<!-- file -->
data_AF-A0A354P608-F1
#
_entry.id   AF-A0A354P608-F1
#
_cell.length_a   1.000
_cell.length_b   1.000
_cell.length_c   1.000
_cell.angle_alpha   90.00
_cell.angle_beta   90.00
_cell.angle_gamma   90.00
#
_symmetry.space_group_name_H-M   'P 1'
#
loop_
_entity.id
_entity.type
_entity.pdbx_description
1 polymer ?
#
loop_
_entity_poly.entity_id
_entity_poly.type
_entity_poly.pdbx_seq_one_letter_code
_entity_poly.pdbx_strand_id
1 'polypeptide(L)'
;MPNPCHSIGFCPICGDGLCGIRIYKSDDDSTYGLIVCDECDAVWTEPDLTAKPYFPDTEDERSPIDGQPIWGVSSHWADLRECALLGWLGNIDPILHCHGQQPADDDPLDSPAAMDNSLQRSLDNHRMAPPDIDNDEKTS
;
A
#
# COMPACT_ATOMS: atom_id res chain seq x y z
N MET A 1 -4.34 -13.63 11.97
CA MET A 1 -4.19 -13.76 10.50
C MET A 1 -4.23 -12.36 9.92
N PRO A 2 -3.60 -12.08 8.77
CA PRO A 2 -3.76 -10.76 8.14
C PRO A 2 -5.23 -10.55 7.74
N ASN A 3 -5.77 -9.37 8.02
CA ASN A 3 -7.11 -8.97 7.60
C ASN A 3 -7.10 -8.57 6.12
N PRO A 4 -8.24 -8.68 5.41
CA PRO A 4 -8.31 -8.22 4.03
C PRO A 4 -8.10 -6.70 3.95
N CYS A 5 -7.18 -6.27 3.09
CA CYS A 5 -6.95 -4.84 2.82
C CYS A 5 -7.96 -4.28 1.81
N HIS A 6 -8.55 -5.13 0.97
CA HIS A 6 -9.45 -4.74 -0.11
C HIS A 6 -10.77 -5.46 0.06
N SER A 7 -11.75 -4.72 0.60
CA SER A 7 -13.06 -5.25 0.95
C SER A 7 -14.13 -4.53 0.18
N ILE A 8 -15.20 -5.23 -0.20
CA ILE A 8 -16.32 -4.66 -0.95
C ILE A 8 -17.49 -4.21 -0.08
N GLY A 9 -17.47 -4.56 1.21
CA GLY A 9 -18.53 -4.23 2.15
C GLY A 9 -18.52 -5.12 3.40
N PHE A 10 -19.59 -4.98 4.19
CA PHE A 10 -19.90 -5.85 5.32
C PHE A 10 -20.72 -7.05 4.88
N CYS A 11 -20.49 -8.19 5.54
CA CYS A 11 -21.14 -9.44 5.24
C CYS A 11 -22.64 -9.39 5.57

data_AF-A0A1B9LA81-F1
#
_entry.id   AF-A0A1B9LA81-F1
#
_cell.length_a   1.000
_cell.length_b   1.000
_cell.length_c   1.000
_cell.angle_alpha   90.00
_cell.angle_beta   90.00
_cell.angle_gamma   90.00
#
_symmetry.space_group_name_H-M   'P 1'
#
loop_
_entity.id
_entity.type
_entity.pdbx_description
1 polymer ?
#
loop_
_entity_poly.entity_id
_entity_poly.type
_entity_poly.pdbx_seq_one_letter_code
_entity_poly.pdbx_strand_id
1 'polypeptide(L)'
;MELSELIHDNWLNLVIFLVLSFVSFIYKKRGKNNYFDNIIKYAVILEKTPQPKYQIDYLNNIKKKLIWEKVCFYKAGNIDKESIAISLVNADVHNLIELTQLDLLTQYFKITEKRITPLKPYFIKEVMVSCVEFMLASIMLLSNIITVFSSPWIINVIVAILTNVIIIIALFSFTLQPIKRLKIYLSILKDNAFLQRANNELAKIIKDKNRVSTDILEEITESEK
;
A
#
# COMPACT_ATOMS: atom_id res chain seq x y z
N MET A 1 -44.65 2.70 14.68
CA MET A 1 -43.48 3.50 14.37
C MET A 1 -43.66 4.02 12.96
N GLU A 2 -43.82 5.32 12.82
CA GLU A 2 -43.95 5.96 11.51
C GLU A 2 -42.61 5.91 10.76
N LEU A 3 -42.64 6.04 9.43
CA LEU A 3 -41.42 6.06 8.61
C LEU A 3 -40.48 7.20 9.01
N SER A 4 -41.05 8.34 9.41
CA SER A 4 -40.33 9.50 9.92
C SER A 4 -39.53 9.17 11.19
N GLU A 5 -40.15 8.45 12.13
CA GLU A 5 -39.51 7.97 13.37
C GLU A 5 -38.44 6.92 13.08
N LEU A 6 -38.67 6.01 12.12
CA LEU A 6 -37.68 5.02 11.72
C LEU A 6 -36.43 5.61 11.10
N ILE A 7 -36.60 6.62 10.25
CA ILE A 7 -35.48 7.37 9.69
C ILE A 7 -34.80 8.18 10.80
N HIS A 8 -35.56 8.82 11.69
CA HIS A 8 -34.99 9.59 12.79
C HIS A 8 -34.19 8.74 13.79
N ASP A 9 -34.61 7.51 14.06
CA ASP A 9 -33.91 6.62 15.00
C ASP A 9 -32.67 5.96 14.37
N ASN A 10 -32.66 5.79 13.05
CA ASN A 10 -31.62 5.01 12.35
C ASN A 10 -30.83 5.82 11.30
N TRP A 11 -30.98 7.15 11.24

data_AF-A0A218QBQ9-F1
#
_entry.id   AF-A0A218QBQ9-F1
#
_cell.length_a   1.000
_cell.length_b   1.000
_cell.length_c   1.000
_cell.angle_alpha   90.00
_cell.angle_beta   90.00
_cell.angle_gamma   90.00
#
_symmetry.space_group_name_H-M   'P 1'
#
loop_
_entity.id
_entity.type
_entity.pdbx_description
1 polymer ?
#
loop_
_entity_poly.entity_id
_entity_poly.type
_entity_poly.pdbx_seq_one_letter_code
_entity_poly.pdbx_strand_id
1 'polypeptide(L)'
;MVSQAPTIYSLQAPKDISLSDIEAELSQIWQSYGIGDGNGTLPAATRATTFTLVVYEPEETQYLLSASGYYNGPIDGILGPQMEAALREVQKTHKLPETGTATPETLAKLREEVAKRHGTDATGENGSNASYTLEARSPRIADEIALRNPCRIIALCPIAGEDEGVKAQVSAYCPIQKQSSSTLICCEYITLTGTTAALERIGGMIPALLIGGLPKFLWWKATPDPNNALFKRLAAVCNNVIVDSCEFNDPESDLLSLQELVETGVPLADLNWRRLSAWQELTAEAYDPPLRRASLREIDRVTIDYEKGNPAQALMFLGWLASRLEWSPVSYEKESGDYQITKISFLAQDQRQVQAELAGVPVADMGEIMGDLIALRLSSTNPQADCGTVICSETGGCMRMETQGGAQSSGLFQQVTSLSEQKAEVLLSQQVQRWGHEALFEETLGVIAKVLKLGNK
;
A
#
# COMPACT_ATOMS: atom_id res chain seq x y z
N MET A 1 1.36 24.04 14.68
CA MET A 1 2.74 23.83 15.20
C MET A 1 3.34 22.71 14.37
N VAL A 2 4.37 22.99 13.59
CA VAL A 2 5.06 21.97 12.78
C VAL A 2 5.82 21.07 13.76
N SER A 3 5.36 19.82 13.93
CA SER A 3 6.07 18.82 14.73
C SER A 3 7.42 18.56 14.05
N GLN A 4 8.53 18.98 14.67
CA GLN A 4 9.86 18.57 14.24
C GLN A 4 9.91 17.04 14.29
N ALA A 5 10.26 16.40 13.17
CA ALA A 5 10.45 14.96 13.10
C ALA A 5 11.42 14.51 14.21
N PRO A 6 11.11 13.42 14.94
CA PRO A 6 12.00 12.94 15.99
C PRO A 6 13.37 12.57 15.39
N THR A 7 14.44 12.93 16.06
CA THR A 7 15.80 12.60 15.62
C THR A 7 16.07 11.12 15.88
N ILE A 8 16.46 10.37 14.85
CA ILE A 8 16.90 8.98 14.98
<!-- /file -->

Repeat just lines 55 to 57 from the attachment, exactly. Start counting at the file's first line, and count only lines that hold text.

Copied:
N GLY A 9 -17.47 -4.56 1.21
CA GLY A 9 -18.53 -4.23 2.15
C GLY A 9 -18.52 -5.12 3.40